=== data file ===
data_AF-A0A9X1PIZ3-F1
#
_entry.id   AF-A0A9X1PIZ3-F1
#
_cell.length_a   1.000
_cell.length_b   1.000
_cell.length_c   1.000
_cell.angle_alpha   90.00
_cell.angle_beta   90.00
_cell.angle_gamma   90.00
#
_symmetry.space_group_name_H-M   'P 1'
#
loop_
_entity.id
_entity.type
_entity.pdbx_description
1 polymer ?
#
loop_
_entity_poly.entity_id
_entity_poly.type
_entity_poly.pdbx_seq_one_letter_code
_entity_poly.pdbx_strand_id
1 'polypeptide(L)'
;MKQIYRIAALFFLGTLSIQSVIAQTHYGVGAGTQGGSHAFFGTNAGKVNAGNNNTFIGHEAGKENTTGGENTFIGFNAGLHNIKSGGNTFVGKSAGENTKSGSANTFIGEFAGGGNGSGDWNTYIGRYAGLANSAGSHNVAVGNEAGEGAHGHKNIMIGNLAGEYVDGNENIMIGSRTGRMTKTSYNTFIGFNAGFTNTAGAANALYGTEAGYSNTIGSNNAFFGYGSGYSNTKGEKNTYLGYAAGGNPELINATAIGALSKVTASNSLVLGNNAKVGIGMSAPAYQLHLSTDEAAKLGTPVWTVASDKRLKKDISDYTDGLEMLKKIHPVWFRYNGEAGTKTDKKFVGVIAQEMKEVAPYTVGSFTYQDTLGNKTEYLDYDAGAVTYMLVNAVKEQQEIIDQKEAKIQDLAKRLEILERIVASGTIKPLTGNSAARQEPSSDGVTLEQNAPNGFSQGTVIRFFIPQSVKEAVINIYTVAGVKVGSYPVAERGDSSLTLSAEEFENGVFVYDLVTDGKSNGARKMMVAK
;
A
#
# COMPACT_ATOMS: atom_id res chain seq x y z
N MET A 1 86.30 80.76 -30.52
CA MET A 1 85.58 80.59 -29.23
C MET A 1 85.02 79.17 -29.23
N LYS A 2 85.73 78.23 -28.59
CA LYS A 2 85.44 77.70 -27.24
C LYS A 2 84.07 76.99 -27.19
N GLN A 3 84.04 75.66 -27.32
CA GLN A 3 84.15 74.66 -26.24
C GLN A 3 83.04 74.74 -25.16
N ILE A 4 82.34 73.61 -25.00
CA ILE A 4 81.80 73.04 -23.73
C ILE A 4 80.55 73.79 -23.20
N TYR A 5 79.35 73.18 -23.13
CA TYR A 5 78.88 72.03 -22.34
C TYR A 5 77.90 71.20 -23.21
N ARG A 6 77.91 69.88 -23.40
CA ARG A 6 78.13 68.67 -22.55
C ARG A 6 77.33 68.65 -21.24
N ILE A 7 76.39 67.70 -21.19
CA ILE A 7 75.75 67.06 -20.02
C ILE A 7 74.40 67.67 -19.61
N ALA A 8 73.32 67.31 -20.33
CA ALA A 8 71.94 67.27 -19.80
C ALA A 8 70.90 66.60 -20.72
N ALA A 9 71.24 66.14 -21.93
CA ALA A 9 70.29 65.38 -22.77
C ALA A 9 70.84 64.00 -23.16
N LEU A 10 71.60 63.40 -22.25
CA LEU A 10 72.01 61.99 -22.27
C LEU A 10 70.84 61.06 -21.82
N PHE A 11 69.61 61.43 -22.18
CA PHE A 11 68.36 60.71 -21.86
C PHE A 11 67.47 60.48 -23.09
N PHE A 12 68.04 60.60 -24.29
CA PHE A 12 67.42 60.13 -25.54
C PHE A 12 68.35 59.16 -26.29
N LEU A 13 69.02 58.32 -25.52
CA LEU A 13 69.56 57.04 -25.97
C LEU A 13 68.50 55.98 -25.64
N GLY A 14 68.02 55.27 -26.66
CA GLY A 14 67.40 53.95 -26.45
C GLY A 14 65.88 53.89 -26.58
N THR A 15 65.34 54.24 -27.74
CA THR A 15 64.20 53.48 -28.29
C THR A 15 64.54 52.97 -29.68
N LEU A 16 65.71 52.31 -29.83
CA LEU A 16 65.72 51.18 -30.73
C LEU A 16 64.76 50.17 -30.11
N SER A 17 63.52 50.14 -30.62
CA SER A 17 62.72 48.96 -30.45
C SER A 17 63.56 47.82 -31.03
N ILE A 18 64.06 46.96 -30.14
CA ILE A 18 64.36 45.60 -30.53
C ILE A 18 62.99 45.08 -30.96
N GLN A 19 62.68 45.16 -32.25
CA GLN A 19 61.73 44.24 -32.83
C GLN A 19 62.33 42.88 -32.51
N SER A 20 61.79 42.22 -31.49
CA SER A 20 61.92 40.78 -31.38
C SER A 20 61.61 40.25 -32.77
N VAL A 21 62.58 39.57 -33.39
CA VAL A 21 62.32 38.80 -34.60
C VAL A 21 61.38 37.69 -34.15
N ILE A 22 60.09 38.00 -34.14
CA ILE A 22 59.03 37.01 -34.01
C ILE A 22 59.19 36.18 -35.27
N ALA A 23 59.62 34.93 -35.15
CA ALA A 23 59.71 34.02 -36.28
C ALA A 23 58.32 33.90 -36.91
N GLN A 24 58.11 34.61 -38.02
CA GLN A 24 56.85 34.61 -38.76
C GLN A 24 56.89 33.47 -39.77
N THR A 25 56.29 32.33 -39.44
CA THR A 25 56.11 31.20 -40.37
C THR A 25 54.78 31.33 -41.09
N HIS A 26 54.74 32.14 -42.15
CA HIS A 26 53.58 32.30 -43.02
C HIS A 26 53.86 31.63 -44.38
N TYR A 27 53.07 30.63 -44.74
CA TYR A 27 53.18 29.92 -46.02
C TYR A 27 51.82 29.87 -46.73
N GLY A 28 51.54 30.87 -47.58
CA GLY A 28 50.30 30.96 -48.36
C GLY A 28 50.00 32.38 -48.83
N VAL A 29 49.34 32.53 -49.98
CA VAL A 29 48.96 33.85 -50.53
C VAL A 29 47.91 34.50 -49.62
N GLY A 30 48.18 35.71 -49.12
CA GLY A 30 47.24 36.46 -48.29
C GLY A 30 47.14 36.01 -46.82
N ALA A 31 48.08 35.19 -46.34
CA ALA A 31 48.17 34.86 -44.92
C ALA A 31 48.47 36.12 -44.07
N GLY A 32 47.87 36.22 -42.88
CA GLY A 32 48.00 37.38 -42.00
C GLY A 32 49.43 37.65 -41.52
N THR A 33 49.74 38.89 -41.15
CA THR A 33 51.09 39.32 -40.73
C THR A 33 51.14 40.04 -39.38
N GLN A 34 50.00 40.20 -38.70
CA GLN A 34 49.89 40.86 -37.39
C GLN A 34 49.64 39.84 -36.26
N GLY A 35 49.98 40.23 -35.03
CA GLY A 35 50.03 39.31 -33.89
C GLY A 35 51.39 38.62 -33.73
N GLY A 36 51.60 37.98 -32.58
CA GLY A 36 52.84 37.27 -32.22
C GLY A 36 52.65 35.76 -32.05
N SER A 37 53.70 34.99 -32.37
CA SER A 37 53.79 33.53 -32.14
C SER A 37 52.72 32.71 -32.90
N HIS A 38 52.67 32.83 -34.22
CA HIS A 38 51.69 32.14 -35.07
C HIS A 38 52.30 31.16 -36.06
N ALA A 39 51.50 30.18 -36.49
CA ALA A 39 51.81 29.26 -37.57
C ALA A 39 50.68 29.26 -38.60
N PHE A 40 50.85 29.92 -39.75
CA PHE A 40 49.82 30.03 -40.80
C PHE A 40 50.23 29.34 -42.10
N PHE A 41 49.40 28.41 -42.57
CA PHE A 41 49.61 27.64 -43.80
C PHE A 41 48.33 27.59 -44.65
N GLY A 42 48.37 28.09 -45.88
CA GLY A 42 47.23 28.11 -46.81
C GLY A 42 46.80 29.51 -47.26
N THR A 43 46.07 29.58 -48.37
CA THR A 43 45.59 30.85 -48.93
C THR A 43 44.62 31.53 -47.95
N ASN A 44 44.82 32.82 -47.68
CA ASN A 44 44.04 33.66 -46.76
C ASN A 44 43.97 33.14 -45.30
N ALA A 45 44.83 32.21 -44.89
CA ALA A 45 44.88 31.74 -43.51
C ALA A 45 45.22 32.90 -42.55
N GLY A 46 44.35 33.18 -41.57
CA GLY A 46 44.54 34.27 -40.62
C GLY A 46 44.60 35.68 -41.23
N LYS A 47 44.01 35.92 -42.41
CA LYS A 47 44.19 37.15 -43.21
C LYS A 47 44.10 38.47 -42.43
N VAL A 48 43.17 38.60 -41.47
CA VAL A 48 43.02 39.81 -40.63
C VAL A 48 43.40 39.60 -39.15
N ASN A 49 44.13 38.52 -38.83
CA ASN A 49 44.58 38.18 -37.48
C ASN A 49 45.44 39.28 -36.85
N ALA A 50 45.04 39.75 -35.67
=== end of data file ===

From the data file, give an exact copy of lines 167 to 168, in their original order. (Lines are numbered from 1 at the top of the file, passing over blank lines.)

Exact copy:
CA GLY A 46 44.54 34.27 -40.62
C GLY A 46 44.60 35.68 -41.23